Table of Contents

Research Handbook on the Future of Work and Employment Relations

Research Handbook on the Future of Work and Employment Relations

Elgar original reference

Edited by Keith Townsend and Adrian Wilkinson

The broad field of employment relations is diverse and complex and is under constant development and reinvention. This Research Handbook discusses fundamental theories and approaches to work and employment relations, and their connection to broader political and societal changes occurring throughout the world. It provides comprehensive coverage of work and employment relations theory and practice.

Chapter 6: Concerted Capital: Understanding Employer Interests and the Role of Employer Coordination in Contemporary Employment Relations

Michael Barry

Subjects: business and management, human resource management, organisational behaviour


Michael Barry INTRODUCTION It is generally accepted that employer interests have been behind the various changes that have fundamentally recast employment relations in recent times. It is also accepted that employers exercise strategic choice in relation to how they manage employment relations within the workplace and how they respond to other actors within their regulatory environment (Kochan et al., 1986). Employers are seen to have become more strategic in mobilizing their interests in response to increased market competition and economic uncertainty by taking steps to reclaim managerial prerogative and to enhance various forms of labour flexibility. Thus, paradoxically, the political influence of business has been countercyclical in that it increased during the period of economic uncertainty following the OPEC oil shocks after waning during the period of economic prosperity from the 1960s to the early 1970s (Vogel, 1989). Employer ascendancy has been at one level about successfully challenging the post-World War II orthodoxy of employment relations collectivism. The election of ‘new right’ governments, first in the United States and United Kingdom under Reagan and Thatcher, allowed employer interests to become more prominent in public policy, and employers used this political opportunity to bring about changes to regulatory structures and bargaining instruments. State interventions have given employers a new regulatory framework and a set of regulatory tools to decentralize employment relations, to promote individualization, and to contest the ‘frontier of control’ against workers and their representatives. As Streeck (1987) argued, in uncertain and competitive economic circumstances, employers have sought to scale...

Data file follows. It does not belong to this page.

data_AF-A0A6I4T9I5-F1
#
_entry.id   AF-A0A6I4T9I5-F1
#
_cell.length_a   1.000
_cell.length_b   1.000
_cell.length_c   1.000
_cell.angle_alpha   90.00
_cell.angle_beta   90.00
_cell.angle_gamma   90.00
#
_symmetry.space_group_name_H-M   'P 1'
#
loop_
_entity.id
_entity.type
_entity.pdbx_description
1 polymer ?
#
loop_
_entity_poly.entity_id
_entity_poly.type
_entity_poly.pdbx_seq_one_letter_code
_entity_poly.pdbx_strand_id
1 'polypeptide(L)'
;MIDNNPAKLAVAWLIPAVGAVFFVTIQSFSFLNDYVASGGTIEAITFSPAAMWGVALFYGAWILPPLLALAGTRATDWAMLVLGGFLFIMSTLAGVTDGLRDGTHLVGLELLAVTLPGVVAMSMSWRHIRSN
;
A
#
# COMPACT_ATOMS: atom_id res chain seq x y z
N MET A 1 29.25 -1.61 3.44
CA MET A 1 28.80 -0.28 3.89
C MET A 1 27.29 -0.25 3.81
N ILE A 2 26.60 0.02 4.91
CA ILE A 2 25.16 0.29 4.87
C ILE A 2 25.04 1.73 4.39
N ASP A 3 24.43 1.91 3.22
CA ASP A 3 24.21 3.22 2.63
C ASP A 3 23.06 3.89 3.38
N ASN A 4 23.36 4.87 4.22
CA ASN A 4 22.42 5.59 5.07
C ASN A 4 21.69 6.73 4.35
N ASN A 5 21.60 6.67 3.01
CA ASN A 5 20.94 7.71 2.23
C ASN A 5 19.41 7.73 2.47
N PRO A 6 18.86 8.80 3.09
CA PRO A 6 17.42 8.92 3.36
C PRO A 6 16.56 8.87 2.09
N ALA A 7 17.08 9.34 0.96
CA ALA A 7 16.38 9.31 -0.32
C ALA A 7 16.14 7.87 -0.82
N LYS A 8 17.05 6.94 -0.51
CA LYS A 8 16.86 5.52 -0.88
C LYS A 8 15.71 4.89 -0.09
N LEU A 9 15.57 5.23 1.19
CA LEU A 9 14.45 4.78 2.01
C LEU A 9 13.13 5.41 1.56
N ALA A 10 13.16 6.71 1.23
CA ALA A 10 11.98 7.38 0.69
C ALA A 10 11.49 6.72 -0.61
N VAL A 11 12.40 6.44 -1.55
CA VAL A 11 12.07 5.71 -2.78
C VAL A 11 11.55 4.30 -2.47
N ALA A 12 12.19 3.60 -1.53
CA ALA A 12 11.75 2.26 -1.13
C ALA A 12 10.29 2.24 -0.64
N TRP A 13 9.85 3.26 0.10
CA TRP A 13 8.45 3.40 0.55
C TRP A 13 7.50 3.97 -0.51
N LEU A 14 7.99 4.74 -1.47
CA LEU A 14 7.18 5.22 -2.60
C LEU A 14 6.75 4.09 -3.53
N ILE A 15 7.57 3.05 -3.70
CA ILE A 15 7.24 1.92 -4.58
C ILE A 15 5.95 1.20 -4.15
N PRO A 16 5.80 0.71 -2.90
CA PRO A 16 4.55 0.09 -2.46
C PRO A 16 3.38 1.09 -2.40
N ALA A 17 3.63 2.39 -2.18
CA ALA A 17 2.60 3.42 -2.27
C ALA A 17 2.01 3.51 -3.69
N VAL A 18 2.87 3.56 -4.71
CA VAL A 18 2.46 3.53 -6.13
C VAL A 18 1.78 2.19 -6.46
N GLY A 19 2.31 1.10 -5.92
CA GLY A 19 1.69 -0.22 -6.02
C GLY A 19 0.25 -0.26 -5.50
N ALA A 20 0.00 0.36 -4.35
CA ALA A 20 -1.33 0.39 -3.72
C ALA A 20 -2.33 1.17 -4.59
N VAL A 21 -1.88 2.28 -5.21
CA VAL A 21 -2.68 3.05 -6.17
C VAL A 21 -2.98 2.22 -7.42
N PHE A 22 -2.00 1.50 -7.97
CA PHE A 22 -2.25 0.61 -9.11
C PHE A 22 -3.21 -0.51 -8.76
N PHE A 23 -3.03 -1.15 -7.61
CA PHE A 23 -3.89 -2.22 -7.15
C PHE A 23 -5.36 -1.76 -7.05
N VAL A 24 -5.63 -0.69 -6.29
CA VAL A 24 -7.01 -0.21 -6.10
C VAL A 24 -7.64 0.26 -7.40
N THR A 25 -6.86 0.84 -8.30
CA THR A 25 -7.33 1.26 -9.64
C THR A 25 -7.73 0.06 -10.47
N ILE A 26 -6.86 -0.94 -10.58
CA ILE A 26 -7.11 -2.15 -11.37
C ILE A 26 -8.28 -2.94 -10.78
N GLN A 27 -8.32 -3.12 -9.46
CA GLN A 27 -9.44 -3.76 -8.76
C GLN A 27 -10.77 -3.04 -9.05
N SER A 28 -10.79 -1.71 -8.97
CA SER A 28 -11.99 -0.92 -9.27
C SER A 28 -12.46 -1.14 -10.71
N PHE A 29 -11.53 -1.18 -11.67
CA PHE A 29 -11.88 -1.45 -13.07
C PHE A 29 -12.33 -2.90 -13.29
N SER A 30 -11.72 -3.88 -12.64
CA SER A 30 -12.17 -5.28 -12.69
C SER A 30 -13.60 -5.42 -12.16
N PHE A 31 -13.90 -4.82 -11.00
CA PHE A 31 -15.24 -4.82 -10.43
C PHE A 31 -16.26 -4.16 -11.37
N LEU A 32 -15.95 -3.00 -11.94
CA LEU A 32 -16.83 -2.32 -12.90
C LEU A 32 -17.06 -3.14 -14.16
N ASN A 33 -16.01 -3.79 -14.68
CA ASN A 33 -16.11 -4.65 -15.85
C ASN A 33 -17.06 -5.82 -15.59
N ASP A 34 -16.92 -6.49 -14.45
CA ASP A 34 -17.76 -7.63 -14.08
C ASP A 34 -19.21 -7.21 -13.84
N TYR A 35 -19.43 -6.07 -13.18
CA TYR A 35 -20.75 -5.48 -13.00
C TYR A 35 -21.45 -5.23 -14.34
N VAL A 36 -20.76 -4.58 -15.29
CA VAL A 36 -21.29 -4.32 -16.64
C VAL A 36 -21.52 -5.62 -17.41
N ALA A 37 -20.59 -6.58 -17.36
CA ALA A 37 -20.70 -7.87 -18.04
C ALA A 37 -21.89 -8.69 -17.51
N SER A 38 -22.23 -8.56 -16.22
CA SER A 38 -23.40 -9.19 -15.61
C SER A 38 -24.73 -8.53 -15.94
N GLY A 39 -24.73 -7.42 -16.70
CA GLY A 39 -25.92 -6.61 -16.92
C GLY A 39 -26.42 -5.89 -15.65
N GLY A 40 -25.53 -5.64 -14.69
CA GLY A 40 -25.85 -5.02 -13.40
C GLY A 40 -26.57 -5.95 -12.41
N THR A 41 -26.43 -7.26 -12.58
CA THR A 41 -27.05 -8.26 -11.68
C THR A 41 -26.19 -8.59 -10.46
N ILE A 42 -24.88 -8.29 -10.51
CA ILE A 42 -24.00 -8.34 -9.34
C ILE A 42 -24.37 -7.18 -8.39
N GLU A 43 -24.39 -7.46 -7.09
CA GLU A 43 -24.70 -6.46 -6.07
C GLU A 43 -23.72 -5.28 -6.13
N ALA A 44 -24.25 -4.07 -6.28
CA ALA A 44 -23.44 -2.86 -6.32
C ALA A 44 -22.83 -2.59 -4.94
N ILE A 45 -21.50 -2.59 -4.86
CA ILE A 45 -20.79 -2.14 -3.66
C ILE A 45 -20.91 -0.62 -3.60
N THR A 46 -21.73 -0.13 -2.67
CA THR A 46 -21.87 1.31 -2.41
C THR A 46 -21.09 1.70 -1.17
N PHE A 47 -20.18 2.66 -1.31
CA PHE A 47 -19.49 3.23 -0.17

You are not authenticated to view the full text of this chapter or article.

Elgaronline requires a subscription or purchase to access the full text of books or journals. Please login through your library system or with your personal username and password on the homepage.

Non-subscribers can freely search the site, view abstracts/ extracts and download selected front matter and introductory chapters for personal use.

Your library may not have purchased all subject areas. If you are authenticated and think you should have access to this title, please contact your librarian.

Further information